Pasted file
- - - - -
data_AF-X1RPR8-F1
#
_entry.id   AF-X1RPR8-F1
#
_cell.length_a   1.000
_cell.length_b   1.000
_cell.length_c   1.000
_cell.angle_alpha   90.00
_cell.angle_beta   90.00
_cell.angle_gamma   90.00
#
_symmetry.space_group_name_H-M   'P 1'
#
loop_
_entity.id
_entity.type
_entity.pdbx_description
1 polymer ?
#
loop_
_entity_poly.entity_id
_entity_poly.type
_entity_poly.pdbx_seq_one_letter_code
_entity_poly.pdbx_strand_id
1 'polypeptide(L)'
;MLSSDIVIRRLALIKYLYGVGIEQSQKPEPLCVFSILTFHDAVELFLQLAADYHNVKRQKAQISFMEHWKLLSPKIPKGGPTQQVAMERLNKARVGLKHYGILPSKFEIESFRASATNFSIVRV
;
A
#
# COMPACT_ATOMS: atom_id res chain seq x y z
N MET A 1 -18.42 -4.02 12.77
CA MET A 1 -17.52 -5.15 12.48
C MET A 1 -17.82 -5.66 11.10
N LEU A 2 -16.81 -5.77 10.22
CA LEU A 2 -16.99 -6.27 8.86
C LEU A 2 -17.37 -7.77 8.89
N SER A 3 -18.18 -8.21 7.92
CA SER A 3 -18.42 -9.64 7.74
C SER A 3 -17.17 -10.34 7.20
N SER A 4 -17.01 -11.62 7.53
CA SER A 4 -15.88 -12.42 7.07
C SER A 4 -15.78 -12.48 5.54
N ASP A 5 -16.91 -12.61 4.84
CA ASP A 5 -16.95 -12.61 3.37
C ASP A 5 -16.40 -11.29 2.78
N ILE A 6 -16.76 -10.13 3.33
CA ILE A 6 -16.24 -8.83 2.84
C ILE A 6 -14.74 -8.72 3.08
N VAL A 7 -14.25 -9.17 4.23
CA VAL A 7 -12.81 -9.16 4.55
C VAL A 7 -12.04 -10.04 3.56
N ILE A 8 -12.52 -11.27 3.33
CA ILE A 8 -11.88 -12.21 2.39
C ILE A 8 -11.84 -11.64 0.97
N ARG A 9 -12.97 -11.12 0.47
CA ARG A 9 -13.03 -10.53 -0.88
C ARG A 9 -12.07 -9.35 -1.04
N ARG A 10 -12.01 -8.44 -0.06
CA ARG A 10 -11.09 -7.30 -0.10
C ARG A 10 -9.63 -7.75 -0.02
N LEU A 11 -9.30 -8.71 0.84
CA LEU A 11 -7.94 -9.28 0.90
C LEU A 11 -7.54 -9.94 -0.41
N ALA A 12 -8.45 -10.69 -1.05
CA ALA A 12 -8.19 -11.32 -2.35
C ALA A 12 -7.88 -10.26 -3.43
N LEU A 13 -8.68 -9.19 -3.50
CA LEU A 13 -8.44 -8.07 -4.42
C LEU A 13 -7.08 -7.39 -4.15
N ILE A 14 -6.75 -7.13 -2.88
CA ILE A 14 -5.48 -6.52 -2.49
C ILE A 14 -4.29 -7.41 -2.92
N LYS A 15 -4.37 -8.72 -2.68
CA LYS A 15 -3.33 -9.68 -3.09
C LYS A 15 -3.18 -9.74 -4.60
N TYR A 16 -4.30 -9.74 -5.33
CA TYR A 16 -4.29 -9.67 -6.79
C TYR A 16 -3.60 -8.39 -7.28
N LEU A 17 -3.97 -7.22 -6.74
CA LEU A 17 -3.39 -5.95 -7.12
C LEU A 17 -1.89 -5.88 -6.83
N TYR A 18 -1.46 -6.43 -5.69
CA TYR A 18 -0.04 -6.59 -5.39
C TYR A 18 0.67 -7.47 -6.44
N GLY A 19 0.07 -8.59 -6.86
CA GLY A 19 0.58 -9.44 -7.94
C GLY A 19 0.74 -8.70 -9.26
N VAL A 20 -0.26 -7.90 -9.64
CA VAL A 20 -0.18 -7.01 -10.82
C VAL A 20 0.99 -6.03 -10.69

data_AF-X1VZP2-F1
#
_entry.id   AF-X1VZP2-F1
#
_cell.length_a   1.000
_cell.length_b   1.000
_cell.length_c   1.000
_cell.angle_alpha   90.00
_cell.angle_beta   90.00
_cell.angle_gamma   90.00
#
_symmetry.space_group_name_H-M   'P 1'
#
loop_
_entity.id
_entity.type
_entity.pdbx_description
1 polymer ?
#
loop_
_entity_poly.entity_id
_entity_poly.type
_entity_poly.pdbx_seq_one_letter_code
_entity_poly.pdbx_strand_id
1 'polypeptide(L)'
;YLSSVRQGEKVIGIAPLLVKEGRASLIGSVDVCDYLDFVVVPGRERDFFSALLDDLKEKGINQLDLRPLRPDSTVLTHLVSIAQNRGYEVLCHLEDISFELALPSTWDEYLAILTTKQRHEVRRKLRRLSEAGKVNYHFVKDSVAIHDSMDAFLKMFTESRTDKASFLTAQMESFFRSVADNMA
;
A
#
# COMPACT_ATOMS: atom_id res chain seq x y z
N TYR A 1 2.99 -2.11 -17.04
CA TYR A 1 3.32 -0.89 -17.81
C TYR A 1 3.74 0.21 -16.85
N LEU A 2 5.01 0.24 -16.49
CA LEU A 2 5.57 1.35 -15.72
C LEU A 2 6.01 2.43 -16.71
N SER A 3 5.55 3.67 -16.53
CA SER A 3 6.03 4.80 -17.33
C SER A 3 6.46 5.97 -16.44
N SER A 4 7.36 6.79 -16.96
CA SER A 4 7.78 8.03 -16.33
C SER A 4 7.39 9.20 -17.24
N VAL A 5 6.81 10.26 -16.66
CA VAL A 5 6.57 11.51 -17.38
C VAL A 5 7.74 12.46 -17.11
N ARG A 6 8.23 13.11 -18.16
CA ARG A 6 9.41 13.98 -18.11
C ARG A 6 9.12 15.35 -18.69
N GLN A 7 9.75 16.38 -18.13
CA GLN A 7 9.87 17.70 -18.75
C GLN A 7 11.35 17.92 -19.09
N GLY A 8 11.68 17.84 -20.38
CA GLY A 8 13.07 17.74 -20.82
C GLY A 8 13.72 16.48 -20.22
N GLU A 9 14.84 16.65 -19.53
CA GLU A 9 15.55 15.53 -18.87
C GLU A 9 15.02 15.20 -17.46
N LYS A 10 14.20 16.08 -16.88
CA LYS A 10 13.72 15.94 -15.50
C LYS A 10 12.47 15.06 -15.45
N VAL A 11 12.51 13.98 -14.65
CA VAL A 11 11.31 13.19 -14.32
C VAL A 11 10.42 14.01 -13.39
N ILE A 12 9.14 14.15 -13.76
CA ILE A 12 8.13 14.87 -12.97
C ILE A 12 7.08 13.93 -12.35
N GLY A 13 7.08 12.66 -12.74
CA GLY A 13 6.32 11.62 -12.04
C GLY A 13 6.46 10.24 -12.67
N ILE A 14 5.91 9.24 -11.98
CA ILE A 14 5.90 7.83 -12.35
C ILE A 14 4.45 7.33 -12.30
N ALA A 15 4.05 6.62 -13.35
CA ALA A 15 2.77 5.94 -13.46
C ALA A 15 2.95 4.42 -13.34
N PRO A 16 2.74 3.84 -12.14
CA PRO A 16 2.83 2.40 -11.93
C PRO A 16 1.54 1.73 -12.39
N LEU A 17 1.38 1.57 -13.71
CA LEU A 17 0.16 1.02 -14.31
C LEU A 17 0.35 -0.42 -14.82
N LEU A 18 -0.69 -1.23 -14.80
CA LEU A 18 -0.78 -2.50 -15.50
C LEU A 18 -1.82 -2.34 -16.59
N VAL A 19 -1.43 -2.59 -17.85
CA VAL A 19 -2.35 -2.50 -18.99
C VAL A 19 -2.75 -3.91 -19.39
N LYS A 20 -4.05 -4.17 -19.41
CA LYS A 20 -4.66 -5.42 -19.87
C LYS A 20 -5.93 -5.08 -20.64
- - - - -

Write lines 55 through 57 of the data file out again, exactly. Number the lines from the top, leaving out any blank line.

N ARG A 9 -12.97 -11.12 0.47
CA ARG A 9 -13.03 -10.53 -0.88
C ARG A 9 -12.07 -9.35 -1.04